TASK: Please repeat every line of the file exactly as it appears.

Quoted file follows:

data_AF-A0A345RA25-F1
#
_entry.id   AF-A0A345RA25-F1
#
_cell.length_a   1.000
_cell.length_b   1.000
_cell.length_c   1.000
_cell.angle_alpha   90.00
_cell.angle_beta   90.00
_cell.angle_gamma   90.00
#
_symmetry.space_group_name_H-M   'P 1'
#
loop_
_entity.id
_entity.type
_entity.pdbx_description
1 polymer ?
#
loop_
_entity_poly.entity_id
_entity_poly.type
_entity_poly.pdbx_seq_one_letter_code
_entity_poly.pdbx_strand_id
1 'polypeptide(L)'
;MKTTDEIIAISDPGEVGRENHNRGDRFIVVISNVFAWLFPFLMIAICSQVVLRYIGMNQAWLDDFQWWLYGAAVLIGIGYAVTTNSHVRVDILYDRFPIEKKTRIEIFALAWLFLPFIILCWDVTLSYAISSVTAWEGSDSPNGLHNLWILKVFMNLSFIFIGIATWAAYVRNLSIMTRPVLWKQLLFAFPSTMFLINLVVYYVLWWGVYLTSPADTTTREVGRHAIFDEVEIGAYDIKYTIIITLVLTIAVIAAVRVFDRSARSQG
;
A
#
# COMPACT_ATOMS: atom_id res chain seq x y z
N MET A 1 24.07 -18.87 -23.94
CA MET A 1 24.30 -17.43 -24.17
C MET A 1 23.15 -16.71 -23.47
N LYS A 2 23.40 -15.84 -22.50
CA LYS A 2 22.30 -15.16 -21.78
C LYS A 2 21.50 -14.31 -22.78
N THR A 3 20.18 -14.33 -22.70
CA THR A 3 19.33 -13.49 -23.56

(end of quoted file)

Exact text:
data_AF-A0A345RA25-F1
#
_entry.id   AF-A0A345RA25-F1
#
_cell.length_a   1.000
_cell.length_b   1.000
_cell.length_c   1.000
_cell.angle_alpha   90.00
_cell.angle_beta   90.00
_cell.angle_gamma   90.00
#
_symmetry.space_group_name_H-M   'P 1'
#
loop_
_entity.id
_entity.type
_entity.pdbx_description
1 polymer ?
#
loop_
_entity_poly.entity_id
_entity_poly.type
_entity_poly.pdbx_seq_one_letter_code
_entity_poly.pdbx_strand_id
1 'polypeptide(L)'
;MKTTDEIIAISDPGEVGRENHNRGDRFIVVISNVFAWLFPFLMIAICSQVVLRYIGMNQAWLDDFQWWLYGAAVLIGIGYAVTTNSHVRVDILYDRFPIEKKTRIEIFALAWLFLPFIILCWDVTLSYAISSVTAWEGSDSPNGLHNLWILKVFMNLSFIFIGIATWAAYVRNLSIMTRPVLWKQLLFAFPSTMFLINLVVYYVLWWGVYLTSPADTTTREVGRHAIFDEVEIGAYDIKYTIIITLVLTIAVIAAVRVFDRSARSQG
;
A
#
# COMPACT_ATOMS: atom_id res chain seq x y z
N MET A 1 24.07 -18.87 -23.94
CA MET A 1 24.30 -17.43 -24.17
C MET A 1 23.15 -16.71 -23.47
N LYS A 2 23.40 -15.84 -22.50
CA LYS A 2 22.30 -15.16 -21.78
C LYS A 2 21.50 -14.31 -22.78
N THR A 3 20.18 -14.33 -22.70
CA THR A 3 19.33 -13.49 -23.56